When Benno Ohnesorg was shot on June 2, 1967 by a policeman in West Berlin during a demonstration against the Shah of Iran, the young German student became a martyr for a generation of left-wing activists. The killing triggered the radicalization of the mass protest movement in West Germany, which directed its anger against the police, the government and the conservative establishment. The poignant image of a woman cradling Benno Ohnesorg's head as he lay dying on the ground became etched in Germans' minds. But now it has emerged that the police officer who pulled the trigger was actually a spy working for the Stasi, East Germany's dreaded secret police. The revelation has stunned Germans and thrown a whole new light on Germany's past.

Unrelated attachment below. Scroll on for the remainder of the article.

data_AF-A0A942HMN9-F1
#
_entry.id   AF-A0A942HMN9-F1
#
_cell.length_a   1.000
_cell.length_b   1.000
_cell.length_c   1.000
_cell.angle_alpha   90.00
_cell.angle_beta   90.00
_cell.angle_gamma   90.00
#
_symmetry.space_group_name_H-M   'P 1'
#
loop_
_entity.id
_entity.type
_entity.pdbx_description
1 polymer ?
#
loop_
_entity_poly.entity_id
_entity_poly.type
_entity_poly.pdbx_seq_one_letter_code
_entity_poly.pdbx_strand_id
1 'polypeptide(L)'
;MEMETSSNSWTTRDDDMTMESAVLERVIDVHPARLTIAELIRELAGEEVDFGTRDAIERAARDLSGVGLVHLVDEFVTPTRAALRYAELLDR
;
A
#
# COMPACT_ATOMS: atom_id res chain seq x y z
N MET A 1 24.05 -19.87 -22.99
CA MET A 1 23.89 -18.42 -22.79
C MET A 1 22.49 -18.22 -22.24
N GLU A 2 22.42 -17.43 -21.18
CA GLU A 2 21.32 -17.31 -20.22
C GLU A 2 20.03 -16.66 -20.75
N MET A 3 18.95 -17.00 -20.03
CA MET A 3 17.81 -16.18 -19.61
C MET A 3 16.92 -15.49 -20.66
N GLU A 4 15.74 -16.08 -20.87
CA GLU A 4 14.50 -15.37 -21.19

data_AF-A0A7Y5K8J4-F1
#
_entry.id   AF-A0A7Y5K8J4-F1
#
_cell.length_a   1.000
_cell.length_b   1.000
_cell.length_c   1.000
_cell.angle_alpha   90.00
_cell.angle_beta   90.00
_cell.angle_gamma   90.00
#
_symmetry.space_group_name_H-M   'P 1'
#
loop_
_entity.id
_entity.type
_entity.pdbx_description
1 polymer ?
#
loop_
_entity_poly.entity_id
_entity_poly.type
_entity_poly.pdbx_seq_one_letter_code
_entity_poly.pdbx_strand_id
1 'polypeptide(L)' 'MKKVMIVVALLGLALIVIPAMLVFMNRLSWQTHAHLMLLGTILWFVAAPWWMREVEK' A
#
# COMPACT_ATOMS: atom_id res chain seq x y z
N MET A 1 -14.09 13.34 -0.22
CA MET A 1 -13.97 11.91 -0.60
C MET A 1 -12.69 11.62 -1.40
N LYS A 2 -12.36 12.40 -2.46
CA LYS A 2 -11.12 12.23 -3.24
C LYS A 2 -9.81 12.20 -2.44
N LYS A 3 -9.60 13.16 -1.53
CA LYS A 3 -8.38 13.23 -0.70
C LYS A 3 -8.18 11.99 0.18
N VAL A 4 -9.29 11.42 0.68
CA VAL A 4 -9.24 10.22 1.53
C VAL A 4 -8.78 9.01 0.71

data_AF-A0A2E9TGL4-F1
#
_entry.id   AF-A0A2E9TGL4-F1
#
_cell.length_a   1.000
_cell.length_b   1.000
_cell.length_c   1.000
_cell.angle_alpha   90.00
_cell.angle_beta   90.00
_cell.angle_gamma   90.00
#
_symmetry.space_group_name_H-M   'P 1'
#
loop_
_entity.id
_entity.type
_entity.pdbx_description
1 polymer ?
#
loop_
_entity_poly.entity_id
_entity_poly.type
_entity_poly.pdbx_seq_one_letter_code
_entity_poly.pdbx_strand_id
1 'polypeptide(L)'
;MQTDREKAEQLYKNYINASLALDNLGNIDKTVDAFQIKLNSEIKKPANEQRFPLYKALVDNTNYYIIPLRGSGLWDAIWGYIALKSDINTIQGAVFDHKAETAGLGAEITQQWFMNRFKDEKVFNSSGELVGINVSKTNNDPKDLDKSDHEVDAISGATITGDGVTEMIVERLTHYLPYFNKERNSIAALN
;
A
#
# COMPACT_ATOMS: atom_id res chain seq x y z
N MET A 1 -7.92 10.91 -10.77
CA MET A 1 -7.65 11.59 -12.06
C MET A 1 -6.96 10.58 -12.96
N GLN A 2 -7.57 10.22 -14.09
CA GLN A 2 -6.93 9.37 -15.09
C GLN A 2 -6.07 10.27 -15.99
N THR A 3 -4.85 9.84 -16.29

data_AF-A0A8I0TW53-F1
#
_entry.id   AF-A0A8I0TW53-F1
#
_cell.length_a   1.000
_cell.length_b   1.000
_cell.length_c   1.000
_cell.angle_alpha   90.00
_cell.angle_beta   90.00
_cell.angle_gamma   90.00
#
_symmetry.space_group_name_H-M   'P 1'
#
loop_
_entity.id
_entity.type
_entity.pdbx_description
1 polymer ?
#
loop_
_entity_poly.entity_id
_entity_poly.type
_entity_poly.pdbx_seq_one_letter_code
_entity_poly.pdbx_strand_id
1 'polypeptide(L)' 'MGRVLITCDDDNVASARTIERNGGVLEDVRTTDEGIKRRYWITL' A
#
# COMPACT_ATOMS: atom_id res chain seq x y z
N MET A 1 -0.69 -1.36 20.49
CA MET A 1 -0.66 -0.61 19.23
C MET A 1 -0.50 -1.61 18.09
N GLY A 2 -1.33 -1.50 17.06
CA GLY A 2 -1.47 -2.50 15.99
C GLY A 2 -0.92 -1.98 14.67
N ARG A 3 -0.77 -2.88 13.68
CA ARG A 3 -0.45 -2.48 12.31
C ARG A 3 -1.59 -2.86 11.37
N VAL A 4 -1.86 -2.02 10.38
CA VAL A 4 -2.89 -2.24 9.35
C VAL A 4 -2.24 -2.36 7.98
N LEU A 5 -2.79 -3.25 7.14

A researcher working for a government agency that manages the old communist regime's secret police records stumbled across the new information as she was carrying out research on another project. The former West Berlin cop, Karl-Heinz Kurras, has a bulging Stasi file of some 7,000 pages. Kurras, it turns out, was a member of the East German SED Communist Party as well as an active Stasi agent. He joined the West Berlin police at the age of 22 in 1950, but five years later he switched sides and went to the authorities in East Berlin. Kurras wanted to move to East Germany but he was persuaded to stay with the police in West Berlin and spy for the Stasi under the cover name of "Otto Bohl". For years, Kurras delivered sensitive information about Allied soldiers and police officers to his controllers in East Berlin. According to government officials, he was rewarded handsomely for his services. One payment alone in 1966, for instance, came to 4,500 German marks, worth just over $1000 at the time.